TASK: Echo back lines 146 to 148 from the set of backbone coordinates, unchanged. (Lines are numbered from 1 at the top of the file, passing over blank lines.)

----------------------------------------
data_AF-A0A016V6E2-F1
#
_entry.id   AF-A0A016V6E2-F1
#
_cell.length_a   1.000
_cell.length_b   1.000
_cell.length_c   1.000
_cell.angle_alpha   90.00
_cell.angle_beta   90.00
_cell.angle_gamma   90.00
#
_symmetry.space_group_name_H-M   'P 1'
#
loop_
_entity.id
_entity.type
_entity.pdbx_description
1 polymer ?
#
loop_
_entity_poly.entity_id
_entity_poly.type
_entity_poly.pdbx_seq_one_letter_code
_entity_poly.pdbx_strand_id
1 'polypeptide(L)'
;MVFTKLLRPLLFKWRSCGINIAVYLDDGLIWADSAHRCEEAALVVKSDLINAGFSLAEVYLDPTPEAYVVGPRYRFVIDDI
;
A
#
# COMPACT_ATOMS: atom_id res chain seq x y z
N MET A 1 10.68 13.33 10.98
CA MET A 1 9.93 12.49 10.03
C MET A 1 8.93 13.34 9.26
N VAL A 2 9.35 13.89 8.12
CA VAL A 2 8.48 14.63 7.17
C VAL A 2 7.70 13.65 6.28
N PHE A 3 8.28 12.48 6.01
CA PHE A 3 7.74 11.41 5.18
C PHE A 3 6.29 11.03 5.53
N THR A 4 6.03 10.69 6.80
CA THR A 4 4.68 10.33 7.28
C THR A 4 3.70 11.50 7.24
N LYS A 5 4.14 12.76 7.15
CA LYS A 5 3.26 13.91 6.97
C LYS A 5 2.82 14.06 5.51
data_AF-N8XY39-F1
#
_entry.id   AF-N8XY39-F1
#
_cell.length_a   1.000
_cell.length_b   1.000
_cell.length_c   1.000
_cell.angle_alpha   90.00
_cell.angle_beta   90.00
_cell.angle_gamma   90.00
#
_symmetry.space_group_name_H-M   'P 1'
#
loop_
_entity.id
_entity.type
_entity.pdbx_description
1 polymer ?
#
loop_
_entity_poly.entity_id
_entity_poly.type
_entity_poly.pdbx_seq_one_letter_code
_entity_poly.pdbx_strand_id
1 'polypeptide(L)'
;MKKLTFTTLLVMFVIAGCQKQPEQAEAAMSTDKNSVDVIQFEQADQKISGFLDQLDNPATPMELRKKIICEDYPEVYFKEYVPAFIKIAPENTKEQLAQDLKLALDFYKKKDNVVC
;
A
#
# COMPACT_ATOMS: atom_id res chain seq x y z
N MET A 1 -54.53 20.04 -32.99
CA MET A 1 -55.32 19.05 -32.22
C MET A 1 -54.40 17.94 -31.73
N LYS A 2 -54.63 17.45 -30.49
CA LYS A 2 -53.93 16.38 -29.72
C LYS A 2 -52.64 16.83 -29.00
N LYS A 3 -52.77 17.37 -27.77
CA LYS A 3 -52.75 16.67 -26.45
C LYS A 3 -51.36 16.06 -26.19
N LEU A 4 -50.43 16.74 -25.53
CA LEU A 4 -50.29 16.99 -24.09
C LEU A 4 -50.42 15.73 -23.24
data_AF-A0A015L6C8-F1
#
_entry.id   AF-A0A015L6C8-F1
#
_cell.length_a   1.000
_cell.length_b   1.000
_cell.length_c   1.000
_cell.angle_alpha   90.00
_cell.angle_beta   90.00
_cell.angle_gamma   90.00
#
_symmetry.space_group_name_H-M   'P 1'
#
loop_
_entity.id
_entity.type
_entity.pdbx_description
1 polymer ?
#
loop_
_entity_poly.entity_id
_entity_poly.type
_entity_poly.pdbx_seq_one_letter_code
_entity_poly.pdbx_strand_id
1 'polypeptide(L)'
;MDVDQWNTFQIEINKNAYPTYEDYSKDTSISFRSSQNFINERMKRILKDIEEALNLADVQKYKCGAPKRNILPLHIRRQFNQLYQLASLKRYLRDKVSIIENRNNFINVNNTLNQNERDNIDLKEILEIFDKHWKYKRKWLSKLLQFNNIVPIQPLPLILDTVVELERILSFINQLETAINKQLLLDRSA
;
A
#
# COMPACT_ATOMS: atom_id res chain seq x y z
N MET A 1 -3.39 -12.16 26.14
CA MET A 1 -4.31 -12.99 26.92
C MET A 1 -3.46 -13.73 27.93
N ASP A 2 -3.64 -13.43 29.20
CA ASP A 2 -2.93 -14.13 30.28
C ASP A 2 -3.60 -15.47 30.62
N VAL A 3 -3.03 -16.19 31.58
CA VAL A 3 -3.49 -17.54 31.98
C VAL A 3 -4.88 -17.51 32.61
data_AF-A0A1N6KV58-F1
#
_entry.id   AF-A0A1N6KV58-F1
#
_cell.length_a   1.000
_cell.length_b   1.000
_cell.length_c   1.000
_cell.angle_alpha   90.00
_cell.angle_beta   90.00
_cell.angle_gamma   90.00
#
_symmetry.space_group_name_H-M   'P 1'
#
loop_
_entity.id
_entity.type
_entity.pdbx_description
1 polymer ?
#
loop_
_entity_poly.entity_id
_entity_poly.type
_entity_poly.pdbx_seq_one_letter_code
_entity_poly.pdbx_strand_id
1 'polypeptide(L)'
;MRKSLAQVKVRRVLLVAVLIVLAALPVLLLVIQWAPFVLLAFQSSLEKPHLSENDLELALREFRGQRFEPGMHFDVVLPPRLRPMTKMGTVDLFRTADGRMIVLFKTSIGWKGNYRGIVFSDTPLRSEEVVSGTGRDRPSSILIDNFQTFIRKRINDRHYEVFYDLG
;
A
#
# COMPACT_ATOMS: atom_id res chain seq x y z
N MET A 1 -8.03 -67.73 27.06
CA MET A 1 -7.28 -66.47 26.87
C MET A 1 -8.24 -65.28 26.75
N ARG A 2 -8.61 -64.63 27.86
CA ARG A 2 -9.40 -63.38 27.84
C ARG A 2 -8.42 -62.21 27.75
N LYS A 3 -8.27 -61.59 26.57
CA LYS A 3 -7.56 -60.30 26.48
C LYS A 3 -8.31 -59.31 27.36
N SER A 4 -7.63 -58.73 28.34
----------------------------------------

loop_
_entity_poly.entity_id
_entity_poly.type